The curatorial concept of the INTERFACE multimedia installation emerged initially through conversations between Trojan DAO members James Simbouras and Filippos Vasileiou (explained further here). We published a call for participation to artists, communicated through Trojan DAO network, inviting coders and blockchain developers experimenting with artistic ideas, artists who are expanding their art through blockchain, and conceptual artists who are pushing the boundaries of art and tech concepts, to participate. Our initial open call drew resulted in a number of exciting applications for participation.
In the Trojan DAO, the process of submitting and voting on artwork proposals is intentionally slower-paced, not geared for fast decisions like those needed to be made in the context of a collective exhibition curation, although we will quickly be iterating so as to create our own Moloch-based curatorial vehicles! It is instead suited for more strategic decision-making, granting members, whether they be participating artists or patrons, time to discuss and debate on the allocation of resources and voting power towards artistic projects and development tasks that add to its ecosystem. Through this process, six artists were endorsed by the TrojanDAO to be screened as part of the Year of DAOs during Osaka Blockchain Week. The production of the INTERFACE screening was enabled through funding by the Moloch, Year Of DAOs team, with a special thanks to Eva Beylin for all the coordination efforts!
Martin Lukas Ostachowski, A visualization of hashing algorithms through clouds (2019). One of four works selected for exhibition through Trojan DAO (Moloch fork).
So how did we enable cross-DAO engagement through INTERFACE?
Our first step to facilitate this cross-pollination arrived through the support of DAOstack’s Genesis DAO community. As pollinators, we (Denise and James) proposed to finance and repurpose Blocumenta DAO, an existing DAO on the Alchemy platform. Through the strong support of the Genesis community, the proposal was passed and we were able to allocate 2.9 ETH worth of fees to artists selected by the INTERFACE exhibition DAO.
The importance of this financial dimension to our curatorial experiment cannot be underestimated, as it emerges in a contemporary art context where fundraising largely determines which shows are produced, which artists can afford to exhibit and whether curatorial labour itself is valued (see current movement surrounding museum salary transparency). Fernández, Gustafsson and Lakoubay in ‘There is No Such Thing as Blockchain Art’, outline possible avenues to democratise art-making and collecting that build upon open-source practices. However recognising the work that would be required to engage artists in such new modes of selling their work, do proposal-based DAO systems provide a preliminary entry point for artists, who are already accustomed to the bureaucratic hell of submitting endless funding and exhibition proposals? If so, could financed DAOs have a particular role in supporting the emergence of new cultural ecologies?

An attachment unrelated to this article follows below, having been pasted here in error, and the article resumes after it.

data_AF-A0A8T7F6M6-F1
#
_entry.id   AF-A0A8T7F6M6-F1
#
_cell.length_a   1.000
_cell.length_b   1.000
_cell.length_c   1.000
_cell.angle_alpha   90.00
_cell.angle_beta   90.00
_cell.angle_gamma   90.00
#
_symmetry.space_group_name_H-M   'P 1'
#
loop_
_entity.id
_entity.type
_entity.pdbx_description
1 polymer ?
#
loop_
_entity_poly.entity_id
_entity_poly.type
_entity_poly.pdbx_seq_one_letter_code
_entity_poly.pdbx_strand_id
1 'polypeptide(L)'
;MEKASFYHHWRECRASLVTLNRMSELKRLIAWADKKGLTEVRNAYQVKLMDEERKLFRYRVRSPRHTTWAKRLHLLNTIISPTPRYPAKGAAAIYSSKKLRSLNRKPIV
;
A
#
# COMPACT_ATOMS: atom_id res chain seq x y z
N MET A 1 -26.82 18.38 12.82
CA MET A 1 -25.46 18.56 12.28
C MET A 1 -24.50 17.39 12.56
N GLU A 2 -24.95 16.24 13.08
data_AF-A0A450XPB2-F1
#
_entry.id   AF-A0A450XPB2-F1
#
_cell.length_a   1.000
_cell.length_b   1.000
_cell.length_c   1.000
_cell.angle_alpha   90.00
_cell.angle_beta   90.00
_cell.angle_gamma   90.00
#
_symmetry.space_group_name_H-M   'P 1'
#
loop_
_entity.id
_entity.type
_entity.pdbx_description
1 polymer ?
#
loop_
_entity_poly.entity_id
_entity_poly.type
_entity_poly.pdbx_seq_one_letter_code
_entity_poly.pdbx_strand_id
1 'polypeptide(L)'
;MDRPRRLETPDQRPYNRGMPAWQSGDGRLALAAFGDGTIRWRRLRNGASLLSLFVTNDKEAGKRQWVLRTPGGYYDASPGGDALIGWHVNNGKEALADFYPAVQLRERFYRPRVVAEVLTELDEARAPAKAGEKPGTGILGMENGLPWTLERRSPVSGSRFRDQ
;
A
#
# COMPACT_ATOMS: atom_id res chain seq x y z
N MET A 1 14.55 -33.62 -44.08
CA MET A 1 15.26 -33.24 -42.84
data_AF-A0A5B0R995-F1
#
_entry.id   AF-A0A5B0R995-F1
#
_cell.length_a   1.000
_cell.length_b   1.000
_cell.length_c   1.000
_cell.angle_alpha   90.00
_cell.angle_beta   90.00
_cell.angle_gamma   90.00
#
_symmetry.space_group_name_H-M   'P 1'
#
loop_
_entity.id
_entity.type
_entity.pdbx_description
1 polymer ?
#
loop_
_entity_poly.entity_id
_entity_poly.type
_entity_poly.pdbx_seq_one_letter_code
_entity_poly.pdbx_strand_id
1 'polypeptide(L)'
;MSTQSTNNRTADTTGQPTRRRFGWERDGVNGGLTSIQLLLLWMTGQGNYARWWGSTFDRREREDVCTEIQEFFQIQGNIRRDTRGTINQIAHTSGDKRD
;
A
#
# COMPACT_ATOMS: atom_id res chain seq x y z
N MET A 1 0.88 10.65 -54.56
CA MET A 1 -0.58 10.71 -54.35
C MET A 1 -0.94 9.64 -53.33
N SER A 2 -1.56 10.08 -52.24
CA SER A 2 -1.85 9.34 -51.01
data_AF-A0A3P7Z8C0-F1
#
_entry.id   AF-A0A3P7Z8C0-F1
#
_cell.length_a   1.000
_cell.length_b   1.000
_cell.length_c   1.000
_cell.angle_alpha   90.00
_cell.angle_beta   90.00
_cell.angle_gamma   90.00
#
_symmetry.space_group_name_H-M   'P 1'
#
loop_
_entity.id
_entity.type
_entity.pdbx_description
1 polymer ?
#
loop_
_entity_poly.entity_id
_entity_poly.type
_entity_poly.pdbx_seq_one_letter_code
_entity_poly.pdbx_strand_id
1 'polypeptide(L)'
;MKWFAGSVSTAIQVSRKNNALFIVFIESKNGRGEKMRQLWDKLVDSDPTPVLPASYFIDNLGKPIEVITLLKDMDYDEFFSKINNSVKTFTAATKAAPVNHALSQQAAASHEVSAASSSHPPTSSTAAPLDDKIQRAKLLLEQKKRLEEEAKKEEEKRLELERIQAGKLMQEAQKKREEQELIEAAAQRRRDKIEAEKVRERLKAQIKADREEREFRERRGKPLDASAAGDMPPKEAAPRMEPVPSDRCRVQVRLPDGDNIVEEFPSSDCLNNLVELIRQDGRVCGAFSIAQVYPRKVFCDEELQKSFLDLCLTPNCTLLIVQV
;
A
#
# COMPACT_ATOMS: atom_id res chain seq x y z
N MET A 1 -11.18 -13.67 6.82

In the case of the INTERFACE exhibition DAO, the Genesis DAO community’s endorsement and financing played a vital role in enabling participation of the Blocumenta contingent of this collaboration.
DAOstack: Recycled Blocumenta and Bitfwd Blockathon DAO
For this experiment, we recycled the ‘Bitfwd Blockathon DAO’ on DAOstack’s Alchemy platform (another article on recycling DAOs coming soon!), which had been previously created for the Blocumenta Blockathon co-presented with Bitfwd at Artspace, Sydney in July this year. We invited members from the Trojan DAO community to join the funded DAOstack DAO, following the reputation request model established through the original Blocumenta event. Once they gained reputation in this community, participants were able to act as both artists and curators in the DAO.
Reciprocally, participants in INTERFACE’s DAOstack platform who are not already members of TrojanDAO, will be given the opportunity to receive Trojan DAO shares. This will allow them to participate in future Trojan DAO decisions regarding the allocation of community resources.
Having provided participants with information about the curatorial constraints and conceptual frameworks surrounding the Year of the DAOs exhibition, reputation holders were invited to vote on which two artworks of the five submitted, should be exhibited at INTERFACE as the winning proposals, and claim the corresponding ETH reward.
Detail from PERSONA NON GRATA, The Algorithm of Donated Dreams (2019). One of two works selected by DAOstack recycled DAO. Full poetic work viewable here.